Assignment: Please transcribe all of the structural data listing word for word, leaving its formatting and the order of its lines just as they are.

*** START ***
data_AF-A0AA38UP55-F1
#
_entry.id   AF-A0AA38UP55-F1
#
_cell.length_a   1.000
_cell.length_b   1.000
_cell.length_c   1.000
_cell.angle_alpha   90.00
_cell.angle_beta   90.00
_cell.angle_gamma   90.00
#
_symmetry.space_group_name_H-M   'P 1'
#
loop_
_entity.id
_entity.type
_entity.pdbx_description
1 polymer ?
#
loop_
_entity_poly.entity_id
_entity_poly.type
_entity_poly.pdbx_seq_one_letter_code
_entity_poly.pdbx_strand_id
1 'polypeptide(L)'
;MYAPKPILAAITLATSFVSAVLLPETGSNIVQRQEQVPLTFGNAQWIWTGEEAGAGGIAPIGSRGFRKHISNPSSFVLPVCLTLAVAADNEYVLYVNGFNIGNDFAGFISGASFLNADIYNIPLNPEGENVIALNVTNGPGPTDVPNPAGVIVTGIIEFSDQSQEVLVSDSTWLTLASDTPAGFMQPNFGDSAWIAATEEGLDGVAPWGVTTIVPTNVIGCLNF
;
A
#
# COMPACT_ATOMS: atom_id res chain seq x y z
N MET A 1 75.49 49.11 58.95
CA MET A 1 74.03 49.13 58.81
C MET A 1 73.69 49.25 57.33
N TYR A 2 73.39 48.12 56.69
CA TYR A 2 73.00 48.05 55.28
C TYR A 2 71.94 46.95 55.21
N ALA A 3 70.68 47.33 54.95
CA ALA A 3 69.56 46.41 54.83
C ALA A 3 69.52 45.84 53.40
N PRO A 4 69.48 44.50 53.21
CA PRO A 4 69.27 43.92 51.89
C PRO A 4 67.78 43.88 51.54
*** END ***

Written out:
data_AF-A0AA38UP55-F1
#
_entry.id   AF-A0AA38UP55-F1
#
_cell.length_a   1.000
_cell.length_b   1.000
_cell.length_c   1.000
_cell.angle_alpha   90.00
_cell.angle_beta   90.00
_cell.angle_gamma   90.00
#
_symmetry.space_group_name_H-M   'P 1'
#
loop_
_entity.id
_entity.type
_entity.pdbx_description
1 polymer ?
#
loop_
_entity_poly.entity_id
_entity_poly.type
_entity_poly.pdbx_seq_one_letter_code
_entity_poly.pdbx_strand_id
1 'polypeptide(L)'
;MYAPKPILAAITLATSFVSAVLLPETGSNIVQRQEQVPLTFGNAQWIWTGEEAGAGGIAPIGSRGFRKHISNPSSFVLPVCLTLAVAADNEYVLYVNGFNIGNDFAGFISGASFLNADIYNIPLNPEGENVIALNVTNGPGPTDVPNPAGVIVTGIIEFSDQSQEVLVSDSTWLTLASDTPAGFMQPNFGDSAWIAATEEGLDGVAPWGVTTIVPTNVIGCLNF
;
A
#
# COMPACT_ATOMS: atom_id res chain seq x y z
N MET A 1 75.49 49.11 58.95
CA MET A 1 74.03 49.13 58.81
C MET A 1 73.69 49.25 57.33
N TYR A 2 73.39 48.12 56.69
CA TYR A 2 73.00 48.05 55.28
C TYR A 2 71.94 46.95 55.21
N ALA A 3 70.68 47.33 54.95
CA ALA A 3 69.56 46.41 54.83
C ALA A 3 69.52 45.84 53.40
N PRO A 4 69.48 44.50 53.21
CA PRO A 4 69.27 43.92 51.89
C PRO A 4 67.78 43.88 51.54